3 thoughts on “Letter to the Editor: Keeping our Scenic Roads Safe and our Citizens Informed: Bedford Can Do both. Why Didn’t It?

  1. Just because a tree goes over the road does not mean it needs to be removed. Careful and thoughtful pruning is an option. Trees are an incredibly valuable resource. We went thru this here on North Road a few years ago where at least 35 trees were removed. The removal has completely altered the character of the road. Now people speed even faster down this two lane road with no shoulder on one side and minimal shoulder on the other side. Trees contribute to their environment by providing oxygen, improving air quality, climate amelioration, conserving water, preserving soil, and supporting wildlife. During the process of photosynthesis, trees take in carbon dioxide and produce the oxygen we breathe. Trees are an important part of every community. Our streets, parks, playgrounds and backyards are lined with trees that create a peaceful, aesthetically pleasing environment. Trees increase our quality of life by bringing natural elements and wildlife habitats into urban settings. We gather under the cool shade they provide during outdoor activities with family and friends. Many neighborhoods are also the home of very old trees that serve as historic landmarks and a great source of town pride.
    Using trees in cities to deflect the sunlight reduces the heat island effect caused by pavement and commercial buildings. Trees control climate by moderating the effects of the sun, rain and wind. Leaves absorb and filter the sun’s radiant energy, keeping things cool in summer. Trees also preserve warmth by providing a screen from harsh wind. In addition to influencing wind speed and direction, they shield us from the downfall of rain, sleet and hail. Trees also lower the air temperature and reduce the heat intensity of the greenhouse effect by maintaining low levels of carbon dioxide. Individual trees and shrubs have value and contribute to savings, but it is the collective influence of a well-maintained landscape that makes a real economic impact and has the greatest effect on property value. Direct economic benefits come from a savings in energy costs. Cooling costs are reduced in a tree-shaded home, and heating costs lowered when a tree serves as a windbreak. According to the USDA Forest Service, “Trees properly placed around buildings can reduce air conditioning needs by 30% and save 20-50 percent in energy used for heating.” Property values of homes with well-maintained landscapes are up to 20% higher than others. 98% of realtors believe that mature trees have a “strong or moderate impact” on the salability of homes listed for over $250,000 (83% believe the same for homes listed under $150,000).– American Forests, Arbor National Mortgage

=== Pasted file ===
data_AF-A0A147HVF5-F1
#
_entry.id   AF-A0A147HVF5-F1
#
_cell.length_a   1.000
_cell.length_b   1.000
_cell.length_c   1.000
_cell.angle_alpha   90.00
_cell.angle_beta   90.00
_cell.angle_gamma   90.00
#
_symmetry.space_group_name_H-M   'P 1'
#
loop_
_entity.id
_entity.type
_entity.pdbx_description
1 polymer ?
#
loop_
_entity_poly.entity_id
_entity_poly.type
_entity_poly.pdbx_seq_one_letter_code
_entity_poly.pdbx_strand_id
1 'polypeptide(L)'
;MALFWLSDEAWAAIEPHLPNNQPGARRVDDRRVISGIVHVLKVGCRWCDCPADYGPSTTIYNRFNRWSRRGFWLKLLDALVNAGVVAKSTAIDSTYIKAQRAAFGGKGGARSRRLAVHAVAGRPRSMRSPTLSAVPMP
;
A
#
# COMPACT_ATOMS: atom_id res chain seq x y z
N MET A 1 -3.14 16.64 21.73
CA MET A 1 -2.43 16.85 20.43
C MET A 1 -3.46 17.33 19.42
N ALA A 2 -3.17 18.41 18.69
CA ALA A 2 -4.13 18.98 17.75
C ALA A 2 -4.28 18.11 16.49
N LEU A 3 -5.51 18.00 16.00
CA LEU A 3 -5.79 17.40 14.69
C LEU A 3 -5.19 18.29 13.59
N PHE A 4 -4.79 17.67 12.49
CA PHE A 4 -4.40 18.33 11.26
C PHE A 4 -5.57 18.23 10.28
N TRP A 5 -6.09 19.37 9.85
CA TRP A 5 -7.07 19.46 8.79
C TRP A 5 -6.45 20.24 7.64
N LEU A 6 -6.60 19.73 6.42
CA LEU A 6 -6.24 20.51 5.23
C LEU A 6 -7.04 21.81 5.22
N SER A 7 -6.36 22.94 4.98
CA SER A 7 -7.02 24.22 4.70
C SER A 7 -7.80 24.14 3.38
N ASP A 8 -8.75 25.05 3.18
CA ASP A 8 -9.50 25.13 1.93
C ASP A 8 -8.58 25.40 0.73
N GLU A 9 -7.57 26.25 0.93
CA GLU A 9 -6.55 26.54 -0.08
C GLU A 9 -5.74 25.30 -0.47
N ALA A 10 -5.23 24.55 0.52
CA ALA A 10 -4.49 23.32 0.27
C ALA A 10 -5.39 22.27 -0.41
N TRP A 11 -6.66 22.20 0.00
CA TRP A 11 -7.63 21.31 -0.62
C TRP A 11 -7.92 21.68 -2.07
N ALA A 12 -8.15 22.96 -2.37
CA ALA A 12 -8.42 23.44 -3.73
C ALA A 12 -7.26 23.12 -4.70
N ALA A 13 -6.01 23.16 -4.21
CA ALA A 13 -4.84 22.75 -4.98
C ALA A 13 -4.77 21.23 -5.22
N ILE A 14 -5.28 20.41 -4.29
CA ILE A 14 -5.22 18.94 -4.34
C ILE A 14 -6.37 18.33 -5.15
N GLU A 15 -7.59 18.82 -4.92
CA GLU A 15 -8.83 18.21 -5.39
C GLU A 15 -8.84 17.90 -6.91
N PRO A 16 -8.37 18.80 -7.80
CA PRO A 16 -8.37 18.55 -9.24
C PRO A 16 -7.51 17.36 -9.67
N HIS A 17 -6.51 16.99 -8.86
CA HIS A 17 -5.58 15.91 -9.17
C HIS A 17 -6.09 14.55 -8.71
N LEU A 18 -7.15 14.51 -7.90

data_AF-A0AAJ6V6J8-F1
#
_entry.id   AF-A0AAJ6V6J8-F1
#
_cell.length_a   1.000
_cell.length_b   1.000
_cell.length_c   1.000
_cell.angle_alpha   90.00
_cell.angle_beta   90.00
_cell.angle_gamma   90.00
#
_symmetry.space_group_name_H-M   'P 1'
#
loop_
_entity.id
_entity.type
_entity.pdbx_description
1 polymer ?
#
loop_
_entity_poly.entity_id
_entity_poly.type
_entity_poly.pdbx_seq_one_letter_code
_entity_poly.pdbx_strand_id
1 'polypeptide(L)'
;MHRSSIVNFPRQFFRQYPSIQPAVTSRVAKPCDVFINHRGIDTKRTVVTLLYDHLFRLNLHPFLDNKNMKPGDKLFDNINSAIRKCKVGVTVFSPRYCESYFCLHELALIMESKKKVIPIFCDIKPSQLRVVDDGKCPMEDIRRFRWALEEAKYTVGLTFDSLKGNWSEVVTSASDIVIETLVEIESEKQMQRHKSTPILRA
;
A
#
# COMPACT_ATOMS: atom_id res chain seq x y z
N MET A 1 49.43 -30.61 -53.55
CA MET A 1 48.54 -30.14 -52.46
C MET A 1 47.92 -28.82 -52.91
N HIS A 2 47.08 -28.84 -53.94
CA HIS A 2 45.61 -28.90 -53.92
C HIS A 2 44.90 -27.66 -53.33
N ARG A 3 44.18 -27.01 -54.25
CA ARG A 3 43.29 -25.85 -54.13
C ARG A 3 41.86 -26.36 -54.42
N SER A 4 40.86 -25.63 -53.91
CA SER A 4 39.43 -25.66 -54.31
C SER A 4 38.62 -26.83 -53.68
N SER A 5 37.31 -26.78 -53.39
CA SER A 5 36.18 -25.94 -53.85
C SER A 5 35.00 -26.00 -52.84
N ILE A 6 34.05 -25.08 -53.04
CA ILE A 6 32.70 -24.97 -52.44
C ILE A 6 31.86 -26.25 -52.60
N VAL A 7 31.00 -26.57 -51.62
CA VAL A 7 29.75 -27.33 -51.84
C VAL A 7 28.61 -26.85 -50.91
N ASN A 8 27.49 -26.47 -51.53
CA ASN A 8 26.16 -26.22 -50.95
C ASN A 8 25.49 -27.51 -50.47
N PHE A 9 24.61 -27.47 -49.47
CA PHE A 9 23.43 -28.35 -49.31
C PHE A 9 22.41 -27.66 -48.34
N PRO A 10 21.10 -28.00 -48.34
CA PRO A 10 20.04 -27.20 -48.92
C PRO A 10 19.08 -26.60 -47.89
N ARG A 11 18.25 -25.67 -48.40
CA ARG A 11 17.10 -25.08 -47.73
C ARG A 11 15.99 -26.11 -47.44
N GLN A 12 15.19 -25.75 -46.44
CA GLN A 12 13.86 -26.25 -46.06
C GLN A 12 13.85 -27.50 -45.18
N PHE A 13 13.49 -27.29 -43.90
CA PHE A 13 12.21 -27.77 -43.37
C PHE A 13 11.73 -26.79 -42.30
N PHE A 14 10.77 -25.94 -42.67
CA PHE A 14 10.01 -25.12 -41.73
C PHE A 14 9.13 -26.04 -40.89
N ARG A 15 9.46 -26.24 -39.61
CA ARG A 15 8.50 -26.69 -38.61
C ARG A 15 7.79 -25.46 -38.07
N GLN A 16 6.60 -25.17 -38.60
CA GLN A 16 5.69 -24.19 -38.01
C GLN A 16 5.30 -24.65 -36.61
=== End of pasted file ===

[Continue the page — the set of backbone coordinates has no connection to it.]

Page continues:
. Forests provide natural filtration and storage systems that process nearly two-thirds of the water supply in the United States. When you drink a glass of tap water in a New York City restaurant, you’re drinking water that was filtered largely by the forests of upstate New York. The forests do such a good job that the city only needs to do a minimum of additional filtering. Feeling down? Take a walk in the woods. Several studies have found that access to nature yields better cognitive functioning, more self-discipline, and greater mental health overall. One study even found that hospital patients who can see trees out their windows are hospitalized 8 percent fewer days than their counterparts. Neighborhoods with abundant trees have significantly fewer crimes than those without. Researchers think that this is because green spaces have a calming effect and encourage people to spend more with their neighbors outdoors, bolstering community trust. Feeling down? Take a walk in the woods. Several studies have found that access to nature yields better cognitive functioning, more self-discipline, and greater mental health overall. One study even found that hospital patients who can see trees out their windows are hospitalized 8 percent fewer days than their counterparts. I hope that these tree facts will give you pause before you sign on to take it down unless there is a really good reason to do so. The town does offer some replacement trees. Note I lost an 80 y/o Silver Maple and I got a 3 inch diameter replacement tree…….. Not really anywhere close to an equitable replacement as far as I’m concerned.

  2. I agree with the thoughtful Letter to the Editor. Careful consideration of every tree should be documented. The environmental and social benefits of trees are countless and once a tree is removed, it takes years for another to take its place. Let us keep Bedford beautiful.

  3. There are a few on South Road that go over the road and should be removed. Last year one of those limbs took out a parked minivan just as a car was driving by.

    Thank you.

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